Rising cost of politics in Ghana paving way for corruption – CDD

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An exploratory study conducted by Ghana Center for Democratic Development has revealed that the rising cost of politics in Ghana has attracted illicit funding from organized crime.

The report disclosed that the cost of politics in Ghana is prohibitively high and notably increasing.

As the estimated costs of politics established from this study is much higher than previously reported estimations.

Increases in the cost of filing fees at both the party level and by the Electoral Commission (EC) with increases running over 500% also contributed to the rising cost of politics in Ghana.

According to the report, the large sums of monies used in political party campaigns make the process susceptible to demand and supply-side corruption and illicit money.

The absence of an effective campaign financing regime provides opportunities for ill-intentioned donors, local criminals, and organised crime actors to gain influence over elected officials by financially supporting their campaigns.

This not only undermines democracy, good governance, and the rule of law but also has negative consequences for economic and social development.

A 2018 report by the Ghana Center for Democratic Development (CDD-Ghana) and the Westminster Foundation for Democracy (WFD) revealed that the cost of running for office as a Member of Parliament (MP) increased by 59% between 2012 and 2016.

In 2020, CDD-Ghana with funding from the Adam Smith International (ASI) undertook a similar study to understand the role of money in Ghana’s campaign financing, investigate the sources of campaign funding, the role of illicit money, and the nature of illicit money in campaign financing in Ghana.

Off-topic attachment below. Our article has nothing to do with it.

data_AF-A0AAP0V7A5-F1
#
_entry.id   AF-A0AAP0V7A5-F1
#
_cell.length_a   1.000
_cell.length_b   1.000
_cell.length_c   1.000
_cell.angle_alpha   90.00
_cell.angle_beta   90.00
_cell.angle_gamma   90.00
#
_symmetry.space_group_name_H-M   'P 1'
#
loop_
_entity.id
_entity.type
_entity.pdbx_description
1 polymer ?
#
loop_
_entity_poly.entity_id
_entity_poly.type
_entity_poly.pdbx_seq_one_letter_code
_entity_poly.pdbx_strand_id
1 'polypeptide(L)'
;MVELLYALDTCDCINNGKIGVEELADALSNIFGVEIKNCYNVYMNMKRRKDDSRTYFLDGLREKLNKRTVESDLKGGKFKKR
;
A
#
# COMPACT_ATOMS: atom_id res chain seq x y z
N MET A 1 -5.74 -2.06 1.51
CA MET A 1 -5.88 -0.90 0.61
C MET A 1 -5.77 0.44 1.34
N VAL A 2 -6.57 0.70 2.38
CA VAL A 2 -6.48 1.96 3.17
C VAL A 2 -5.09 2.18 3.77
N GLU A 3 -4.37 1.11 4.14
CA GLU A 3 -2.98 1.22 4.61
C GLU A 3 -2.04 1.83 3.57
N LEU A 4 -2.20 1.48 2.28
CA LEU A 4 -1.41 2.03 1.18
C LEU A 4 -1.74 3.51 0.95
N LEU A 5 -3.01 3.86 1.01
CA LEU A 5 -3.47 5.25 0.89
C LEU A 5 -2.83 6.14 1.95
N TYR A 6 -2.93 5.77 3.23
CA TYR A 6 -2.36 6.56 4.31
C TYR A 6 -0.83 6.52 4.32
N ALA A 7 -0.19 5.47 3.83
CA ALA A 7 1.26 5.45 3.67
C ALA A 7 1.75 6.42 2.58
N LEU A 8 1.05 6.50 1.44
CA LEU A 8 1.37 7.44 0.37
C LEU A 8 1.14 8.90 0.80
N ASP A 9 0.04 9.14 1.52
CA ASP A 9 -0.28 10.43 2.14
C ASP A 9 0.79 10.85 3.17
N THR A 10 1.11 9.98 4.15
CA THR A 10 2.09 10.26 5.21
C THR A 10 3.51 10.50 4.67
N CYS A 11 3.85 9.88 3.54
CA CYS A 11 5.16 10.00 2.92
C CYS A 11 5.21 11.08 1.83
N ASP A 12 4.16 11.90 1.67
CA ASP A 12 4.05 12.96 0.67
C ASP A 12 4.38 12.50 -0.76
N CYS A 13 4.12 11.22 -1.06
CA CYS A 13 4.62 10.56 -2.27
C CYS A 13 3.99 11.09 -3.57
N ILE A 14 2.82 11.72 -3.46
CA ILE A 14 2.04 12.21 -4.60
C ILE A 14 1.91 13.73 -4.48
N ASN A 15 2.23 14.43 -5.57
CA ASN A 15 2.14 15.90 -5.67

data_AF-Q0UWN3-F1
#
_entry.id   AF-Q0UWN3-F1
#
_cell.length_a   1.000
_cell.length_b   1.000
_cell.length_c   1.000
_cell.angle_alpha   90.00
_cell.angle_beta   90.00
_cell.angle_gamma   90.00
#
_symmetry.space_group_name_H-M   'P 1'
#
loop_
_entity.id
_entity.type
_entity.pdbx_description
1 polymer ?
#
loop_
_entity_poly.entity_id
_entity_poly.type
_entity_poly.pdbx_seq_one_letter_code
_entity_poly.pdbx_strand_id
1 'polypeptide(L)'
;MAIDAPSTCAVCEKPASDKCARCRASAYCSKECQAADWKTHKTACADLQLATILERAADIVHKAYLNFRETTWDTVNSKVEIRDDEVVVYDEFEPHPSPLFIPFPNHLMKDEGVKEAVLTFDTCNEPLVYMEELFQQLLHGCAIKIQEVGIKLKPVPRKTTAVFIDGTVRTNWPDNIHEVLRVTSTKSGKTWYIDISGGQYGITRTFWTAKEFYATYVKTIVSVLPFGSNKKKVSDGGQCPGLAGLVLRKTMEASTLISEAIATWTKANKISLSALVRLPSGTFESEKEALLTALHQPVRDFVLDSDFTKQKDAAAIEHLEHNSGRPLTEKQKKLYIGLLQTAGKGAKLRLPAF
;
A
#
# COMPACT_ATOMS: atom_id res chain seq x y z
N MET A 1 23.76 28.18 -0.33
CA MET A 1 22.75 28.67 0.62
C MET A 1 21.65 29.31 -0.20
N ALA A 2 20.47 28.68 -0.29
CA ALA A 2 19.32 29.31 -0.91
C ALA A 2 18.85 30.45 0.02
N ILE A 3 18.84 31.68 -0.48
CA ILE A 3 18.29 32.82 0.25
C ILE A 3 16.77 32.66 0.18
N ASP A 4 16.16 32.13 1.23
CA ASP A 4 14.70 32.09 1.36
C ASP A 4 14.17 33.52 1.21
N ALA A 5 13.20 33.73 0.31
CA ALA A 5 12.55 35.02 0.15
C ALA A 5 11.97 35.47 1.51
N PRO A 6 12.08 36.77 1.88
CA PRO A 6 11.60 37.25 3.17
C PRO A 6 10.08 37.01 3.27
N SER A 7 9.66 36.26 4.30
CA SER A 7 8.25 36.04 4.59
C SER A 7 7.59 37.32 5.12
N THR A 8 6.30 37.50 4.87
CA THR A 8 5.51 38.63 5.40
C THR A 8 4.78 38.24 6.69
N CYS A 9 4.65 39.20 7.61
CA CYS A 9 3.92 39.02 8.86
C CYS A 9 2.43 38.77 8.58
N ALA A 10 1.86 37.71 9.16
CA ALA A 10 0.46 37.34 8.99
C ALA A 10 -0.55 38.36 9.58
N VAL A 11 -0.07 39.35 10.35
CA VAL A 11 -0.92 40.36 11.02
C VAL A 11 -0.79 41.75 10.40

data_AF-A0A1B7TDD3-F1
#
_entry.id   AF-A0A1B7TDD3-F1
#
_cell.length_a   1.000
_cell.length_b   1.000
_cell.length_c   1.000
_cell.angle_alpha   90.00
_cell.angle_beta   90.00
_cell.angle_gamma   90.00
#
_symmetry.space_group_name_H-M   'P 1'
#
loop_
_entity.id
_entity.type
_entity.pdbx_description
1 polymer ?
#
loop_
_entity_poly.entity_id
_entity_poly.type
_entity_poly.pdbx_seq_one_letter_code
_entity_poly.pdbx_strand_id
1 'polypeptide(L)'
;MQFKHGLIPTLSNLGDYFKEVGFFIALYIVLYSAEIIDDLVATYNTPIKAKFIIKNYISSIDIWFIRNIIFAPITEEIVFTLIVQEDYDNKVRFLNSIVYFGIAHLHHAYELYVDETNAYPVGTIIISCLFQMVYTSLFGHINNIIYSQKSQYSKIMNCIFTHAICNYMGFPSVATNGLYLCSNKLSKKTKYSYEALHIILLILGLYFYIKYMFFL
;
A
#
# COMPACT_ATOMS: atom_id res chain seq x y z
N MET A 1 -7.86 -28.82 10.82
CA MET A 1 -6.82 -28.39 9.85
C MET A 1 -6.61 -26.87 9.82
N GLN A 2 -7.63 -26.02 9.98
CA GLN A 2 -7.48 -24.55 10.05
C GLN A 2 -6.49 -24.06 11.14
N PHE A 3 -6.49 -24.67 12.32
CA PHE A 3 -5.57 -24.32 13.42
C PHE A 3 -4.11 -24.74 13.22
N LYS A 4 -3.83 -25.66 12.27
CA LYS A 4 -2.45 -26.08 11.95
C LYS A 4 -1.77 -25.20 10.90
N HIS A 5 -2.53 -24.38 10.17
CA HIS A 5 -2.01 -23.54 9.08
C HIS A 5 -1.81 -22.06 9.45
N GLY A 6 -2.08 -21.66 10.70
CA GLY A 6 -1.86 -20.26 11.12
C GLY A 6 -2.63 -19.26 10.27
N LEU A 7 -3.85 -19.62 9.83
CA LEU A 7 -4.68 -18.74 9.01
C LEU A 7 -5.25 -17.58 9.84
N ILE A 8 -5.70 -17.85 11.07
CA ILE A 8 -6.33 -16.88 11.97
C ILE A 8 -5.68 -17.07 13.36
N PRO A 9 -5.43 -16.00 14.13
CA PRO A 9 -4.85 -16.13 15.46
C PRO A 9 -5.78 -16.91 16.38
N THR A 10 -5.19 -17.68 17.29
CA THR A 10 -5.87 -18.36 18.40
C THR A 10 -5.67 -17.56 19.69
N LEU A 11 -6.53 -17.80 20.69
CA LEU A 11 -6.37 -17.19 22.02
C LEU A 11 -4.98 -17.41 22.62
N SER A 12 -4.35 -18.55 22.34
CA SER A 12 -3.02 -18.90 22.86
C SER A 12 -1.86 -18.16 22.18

Monetization of Politics in Ghana

The rising cost of running for political office and the amount of money candidates must raise to contest elections at the constituency level and run as a parliamentary candidate is directly linked to both demand-driven and supply-side corruption, creating interdependencies.

On the demand-driven corruption side, party officials and delegates at the constituency level expect and or are given money and items of value to influence the election of a parliamentary aspirant.

This demand-driven corruption at the party primaries increases during the national parliamentary election.

Increases in the cost of filing fees at both the party level and by the Electoral Commission (EC) with increases running over 500% also contributed to the rising cost of politics in Ghana.

Interviews with party informants, past and current candidates and MPs revealed that aspirants/candidates have to nurture the constituency for a number of years, spending on voters in the constituency and financing the campaigns for the election of party executives and coordinators in the constituency nearly three years before they contest in the primaries, which we estimated at GHC 2 million.

A further estimated GHC 2 million is spent during the run-up to the primaries, bringing the total estimated amount to GHC 4 million ($693,000) which is up from up from GHS 389,803 ($85,000) CDD-Ghana and WFD study in 2018.

Recommendations

• The Political Parties Act must be amended to include prohibition of funding with illicit sources

• Donations must be tax deductible to encourage transparency in donation

• Campaign period must be defined as a way of reducing the rising cost of politics

• The EC and political parties must adopt a formula to determine the rate of increment in filling fees.

• Political parties must reconsider the candidate selection process to mitigate the cost implication in primaries

• Candidates must be required to file returns as it in the case of the political parties Increase public education to address demand-driven cost in elections campaign

 

Below is the full report

Press Release _ Rising Cost of Politics in Ghana

 

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